OMAHA — There are several non-negotiable components to Virginia Coach Tony Bennett’s system. Players must communicate and fill in gaps to help their teammates on defense, and they must swing the ball and be in near-constant motion on offense.
The Cavaliers executed those principles in Bennett’s third season in Charlottesville; they went 22-9 and advanced to the NCAA tournament for the first time since 2007. Whether 10th-seeded Virginia continues to do so Friday in its matchup against seventh-seeded Florida (23-10) largely will determine if the Cavaliers can advance to the round of 32.
That’s what had Bennett and his staff concerned on the flight home from Atlanta on March 9 following Virginia’s 67-64 loss to North Carolina State in the ACC tournament quarterfinals. Too often, the Cavaliers had been fragmented on defense and stagnant on offense.
So during the team’s film session the following morning, Bennett had the players watch the television broadcast of the N.C. State game in its entirety (minus commercials). It was something Bennett never had done during his tenure in Charlottesville. Typically, players said, film sessions last 10 to 15 minutes. This one took more than an hour.
“We want them to understand that at this point in the season, everything matters,” Virginia assistant Ron Sanchez said Thursday. “I know that we’re down to seven guys, but this is the time of year when none of that stuff should matter. It should be sharp. We’ve been doing this for a long time. We just felt like we weren’t as united as we’d been in the past.”
Because mistakes are magnified in the postseason and the consequences of defeat are more dire, this week the Virginia coaching staff implored the players not to defer to default options. Don’t reach for a steal if it will take you out of position. Don’t stand and watch when first-team all-ACC forward Mike Scott has the ball in the post.
Don’t give in to your instincts. Trust the system.
“I think we all got a little too excited about the game and focused so much on what we had to do individually that we kind of fractured a little bit,” sophomore forward Akil Mitchell said. “Coach Bennett really brought us back together.”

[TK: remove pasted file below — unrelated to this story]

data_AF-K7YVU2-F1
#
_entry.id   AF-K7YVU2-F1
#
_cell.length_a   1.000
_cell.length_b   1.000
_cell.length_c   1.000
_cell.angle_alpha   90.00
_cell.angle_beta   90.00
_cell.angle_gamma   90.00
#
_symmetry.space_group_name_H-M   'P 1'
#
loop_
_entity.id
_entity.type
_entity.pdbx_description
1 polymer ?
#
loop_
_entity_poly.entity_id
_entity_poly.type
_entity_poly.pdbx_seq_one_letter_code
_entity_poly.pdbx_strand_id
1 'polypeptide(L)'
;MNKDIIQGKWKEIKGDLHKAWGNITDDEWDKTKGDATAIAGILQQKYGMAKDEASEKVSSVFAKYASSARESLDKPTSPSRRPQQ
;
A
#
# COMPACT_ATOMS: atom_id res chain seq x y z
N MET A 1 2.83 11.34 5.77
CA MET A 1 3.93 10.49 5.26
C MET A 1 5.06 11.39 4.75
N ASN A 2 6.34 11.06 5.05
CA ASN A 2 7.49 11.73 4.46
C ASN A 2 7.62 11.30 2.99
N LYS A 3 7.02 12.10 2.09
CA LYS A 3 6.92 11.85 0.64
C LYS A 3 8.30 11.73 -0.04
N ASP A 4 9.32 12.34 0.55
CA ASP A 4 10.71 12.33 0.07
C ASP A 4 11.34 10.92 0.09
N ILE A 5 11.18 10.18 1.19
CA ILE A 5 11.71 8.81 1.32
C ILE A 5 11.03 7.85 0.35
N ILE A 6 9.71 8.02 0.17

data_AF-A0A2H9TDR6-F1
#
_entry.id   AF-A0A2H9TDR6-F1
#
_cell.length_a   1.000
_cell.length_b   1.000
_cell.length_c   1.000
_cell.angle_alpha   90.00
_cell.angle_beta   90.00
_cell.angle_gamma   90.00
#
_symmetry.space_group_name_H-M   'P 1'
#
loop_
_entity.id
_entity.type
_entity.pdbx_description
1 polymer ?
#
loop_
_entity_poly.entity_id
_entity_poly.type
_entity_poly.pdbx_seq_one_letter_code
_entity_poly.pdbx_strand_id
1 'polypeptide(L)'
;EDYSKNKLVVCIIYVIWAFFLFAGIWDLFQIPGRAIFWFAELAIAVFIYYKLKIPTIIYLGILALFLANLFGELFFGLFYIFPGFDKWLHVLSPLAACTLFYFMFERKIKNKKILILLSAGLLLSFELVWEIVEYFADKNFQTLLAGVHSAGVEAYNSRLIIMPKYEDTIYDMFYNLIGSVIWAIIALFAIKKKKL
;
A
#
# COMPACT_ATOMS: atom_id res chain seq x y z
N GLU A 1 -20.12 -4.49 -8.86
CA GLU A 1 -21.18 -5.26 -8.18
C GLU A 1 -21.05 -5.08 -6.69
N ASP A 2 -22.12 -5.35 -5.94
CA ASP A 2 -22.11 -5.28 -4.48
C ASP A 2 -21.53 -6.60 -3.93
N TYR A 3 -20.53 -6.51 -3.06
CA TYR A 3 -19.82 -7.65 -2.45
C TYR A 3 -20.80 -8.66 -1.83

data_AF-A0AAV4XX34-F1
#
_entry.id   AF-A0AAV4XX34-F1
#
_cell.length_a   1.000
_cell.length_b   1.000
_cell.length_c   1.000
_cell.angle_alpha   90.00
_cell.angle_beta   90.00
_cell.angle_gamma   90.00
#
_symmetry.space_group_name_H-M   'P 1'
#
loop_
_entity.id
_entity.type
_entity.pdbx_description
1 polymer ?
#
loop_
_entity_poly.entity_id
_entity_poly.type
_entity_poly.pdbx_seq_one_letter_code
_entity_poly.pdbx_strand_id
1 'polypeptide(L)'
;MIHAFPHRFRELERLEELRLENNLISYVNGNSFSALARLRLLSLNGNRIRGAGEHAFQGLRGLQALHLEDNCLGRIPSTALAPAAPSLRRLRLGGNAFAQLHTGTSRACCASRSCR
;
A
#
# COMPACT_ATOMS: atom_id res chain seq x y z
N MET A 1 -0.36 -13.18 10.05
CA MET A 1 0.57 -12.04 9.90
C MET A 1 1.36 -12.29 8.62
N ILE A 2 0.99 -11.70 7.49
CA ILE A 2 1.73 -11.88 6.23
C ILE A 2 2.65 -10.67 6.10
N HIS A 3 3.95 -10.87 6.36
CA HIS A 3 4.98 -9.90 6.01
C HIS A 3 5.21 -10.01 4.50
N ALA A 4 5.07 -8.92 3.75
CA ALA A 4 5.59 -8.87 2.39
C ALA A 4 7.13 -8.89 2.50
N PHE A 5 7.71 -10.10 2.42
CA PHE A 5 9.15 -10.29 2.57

After the NCAA tournament pairings were announced Sunday night, the focus shifted to Florida. Whereas Virginia offers a methodical approach that tries to stifle opponents on defense and eat up the shot clock on offense, the Gators work to create an up-tempo game with persistent full-court pressure and fast-break offense.
Mitchell said the keys to the game for the Cavaliers will be getting back swiftly in transition defense, defending Florida’s ball screens and handling the Gators’ pressure defense. Virginia, which struggled against the press against Florida State and Maryland this season, has prepared four schemes to attack Florida’s high-pressure approach.
“We expect them to press a whole lot,” junior guard Jontel Evans said. “That’s the type of team they are.”
Given the type of team Virginia is, expect the final margin of Friday’s score to be slim. Of the 17 games the Cavaliers played against ACC opponents this season, 11 were decided by four points or less. Virginia, which allows fewer points per game than all but one team in the nation, went 5-6 in those contests.
“We’re talking about little areas that we’re trying to squeeze to get us a few possessions here or there,” Bennett said. “We just were a little off [against N.C. State]. But the few letdowns we had early, we had to work to get back into it, and then we were stronger as the game progressed. But if you want to advance [in the postseason], it’s got to be more of a complete game.”